Like other minority communities, language and cultural pursuits are a way to hold onto identity carried across continents. Poetry, music, art, dance and traditional cuisine help families retain connection to their roots. In North Vancouver, the celebration of diverse cultures has been an integral part of social life, with festivals and concerts like North Shore Folkfest providing ways to share experiences and cultivate respect and understanding.
At MONOVA, we will continue to collect and share stories of North Vancouver, and issues important to this community. Alongside North Vancouver community members, MONOVA will #StandWithUkraine.
Ways To Support Ukraine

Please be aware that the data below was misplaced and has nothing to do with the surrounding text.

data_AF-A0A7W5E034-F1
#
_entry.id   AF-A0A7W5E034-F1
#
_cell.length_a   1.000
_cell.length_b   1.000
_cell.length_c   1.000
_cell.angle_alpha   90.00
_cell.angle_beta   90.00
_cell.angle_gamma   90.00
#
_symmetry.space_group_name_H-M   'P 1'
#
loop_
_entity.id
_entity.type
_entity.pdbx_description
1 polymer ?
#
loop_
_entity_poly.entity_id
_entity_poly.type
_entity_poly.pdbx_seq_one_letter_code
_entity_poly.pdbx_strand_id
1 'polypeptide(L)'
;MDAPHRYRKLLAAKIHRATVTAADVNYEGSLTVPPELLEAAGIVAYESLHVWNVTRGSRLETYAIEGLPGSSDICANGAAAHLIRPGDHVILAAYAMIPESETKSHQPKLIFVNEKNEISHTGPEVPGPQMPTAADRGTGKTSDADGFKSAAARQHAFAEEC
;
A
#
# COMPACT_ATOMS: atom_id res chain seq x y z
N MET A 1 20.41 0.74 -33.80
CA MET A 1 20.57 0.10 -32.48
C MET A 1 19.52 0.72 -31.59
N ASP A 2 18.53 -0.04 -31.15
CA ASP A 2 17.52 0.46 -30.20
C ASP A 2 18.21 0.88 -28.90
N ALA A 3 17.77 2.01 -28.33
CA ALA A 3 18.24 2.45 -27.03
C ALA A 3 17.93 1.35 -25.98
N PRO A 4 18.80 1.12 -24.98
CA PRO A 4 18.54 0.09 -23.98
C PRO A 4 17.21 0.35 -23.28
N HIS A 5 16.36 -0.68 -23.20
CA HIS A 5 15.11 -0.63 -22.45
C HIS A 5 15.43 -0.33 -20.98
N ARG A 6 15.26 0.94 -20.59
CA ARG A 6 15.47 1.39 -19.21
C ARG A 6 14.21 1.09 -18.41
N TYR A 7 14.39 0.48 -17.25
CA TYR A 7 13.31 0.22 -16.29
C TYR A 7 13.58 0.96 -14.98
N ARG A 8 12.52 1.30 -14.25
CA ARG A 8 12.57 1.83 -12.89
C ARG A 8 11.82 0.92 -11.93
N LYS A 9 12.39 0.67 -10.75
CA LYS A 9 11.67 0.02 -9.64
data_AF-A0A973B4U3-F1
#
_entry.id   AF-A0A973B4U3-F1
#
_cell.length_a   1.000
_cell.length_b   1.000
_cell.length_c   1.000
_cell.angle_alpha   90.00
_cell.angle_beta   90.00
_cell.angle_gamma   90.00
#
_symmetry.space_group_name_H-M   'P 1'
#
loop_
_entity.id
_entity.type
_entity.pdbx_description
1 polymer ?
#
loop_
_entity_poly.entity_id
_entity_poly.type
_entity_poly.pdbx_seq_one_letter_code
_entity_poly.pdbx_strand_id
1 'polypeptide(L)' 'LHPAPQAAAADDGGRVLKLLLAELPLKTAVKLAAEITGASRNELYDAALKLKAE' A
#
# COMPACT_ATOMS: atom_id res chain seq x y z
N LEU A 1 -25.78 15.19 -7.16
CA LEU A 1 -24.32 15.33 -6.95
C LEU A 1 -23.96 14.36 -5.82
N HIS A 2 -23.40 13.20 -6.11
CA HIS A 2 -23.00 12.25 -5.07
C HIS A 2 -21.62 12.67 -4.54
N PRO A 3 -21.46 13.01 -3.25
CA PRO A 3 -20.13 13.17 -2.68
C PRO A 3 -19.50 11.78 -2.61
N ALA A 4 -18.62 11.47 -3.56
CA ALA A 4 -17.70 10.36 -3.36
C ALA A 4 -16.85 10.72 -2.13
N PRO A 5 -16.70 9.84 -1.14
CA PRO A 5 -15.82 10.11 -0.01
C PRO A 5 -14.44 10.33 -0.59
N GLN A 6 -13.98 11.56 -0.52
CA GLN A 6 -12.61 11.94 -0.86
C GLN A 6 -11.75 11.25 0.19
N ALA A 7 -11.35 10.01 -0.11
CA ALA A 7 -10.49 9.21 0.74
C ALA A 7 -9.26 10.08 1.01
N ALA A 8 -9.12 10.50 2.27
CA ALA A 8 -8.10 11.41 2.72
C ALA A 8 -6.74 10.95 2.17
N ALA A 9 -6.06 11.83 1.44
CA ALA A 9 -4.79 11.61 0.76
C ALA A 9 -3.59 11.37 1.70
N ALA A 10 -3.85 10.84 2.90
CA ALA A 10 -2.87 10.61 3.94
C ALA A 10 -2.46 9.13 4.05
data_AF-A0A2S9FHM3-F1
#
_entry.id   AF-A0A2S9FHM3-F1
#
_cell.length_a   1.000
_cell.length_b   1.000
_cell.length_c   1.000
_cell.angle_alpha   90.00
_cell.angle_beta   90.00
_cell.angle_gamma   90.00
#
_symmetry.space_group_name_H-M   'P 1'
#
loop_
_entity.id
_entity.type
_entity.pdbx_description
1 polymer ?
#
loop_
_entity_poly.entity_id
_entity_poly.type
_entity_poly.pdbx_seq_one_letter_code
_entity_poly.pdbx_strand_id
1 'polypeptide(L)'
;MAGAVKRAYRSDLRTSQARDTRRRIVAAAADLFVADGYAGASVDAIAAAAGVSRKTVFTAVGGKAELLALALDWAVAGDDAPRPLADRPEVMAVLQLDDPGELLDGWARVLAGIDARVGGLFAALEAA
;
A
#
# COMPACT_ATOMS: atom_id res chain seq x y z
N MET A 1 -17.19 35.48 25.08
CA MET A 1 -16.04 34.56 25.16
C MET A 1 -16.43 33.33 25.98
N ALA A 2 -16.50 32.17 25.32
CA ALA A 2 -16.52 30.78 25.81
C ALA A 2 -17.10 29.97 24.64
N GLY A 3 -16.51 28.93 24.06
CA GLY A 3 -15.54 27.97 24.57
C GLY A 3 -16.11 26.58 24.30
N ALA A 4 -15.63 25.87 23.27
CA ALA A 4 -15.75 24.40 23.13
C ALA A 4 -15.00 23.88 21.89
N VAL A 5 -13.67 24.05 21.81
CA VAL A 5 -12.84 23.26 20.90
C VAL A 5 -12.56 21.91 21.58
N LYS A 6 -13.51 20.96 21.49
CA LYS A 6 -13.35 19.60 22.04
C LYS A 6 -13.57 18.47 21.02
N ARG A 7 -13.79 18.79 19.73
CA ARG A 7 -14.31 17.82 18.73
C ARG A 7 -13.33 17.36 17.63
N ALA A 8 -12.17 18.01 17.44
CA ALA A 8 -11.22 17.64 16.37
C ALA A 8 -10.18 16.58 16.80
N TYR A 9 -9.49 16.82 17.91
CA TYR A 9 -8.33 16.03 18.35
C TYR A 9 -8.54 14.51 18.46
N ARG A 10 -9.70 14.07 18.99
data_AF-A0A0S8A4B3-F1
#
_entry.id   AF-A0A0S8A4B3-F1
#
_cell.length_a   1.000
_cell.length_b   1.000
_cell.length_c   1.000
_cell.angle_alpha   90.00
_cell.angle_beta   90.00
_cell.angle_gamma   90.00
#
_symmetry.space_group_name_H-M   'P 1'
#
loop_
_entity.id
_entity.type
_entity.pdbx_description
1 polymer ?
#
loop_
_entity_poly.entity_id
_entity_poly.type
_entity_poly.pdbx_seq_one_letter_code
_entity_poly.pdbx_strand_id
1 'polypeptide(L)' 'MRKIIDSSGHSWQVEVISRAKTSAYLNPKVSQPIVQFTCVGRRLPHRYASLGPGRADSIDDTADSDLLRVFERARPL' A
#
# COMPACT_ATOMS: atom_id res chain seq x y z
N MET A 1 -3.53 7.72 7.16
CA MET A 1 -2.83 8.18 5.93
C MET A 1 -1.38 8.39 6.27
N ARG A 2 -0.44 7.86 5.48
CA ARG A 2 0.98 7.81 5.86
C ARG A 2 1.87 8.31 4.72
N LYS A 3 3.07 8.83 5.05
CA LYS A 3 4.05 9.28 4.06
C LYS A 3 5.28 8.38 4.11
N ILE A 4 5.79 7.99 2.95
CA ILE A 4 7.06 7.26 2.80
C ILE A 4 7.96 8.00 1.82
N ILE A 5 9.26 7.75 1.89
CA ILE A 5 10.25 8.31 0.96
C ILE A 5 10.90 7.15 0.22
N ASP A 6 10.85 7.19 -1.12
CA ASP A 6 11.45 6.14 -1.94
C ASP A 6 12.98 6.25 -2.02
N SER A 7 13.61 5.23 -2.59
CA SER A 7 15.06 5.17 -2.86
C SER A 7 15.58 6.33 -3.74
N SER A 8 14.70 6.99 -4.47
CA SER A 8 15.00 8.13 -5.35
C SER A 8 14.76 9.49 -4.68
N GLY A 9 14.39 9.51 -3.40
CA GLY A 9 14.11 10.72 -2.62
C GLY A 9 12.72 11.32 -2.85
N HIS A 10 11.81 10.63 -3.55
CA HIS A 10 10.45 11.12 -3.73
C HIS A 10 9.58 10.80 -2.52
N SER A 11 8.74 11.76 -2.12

- Canada-Ukraine Foundation
- UN Refugee Agency
- Canadian Red Cross
- Recommendations on how to best support Ukraine via Charity Intelligence Canada
Longtime resident of North Vancouver, Laurel (Parasiuk) Lawry, is MONOVA’s Manager of Business Operations. Since 2012, Laurel has been Director of Dovbush School of Ukrainian Dance in East Vancouver, and is active in the Lower Mainland’s Ukrainian cultural community.
We rely on contributions, monthly or one-time gifts, to help MONOVA safeguard and expand our community’s archival and museum collections, build learning experiences and inspire future generations.
Donations are accepted through the Friends of the North Vancouver Museum & Archives Society, Registered Charity No. 89031 1772 RR0001.
We respectfully acknowledge that MONOVA: Museum and Archives of North Vancouver is located on the traditional lands of the Sḵwx̱wú7mesh (Squamish), and Səl̓ílwətaɬ (Tsleil-Waututh) First Nations, whose ancestors have lived here for countless generations. We are grateful for the opportunity to live, work and learn with them on unceded Coast Salish Territory.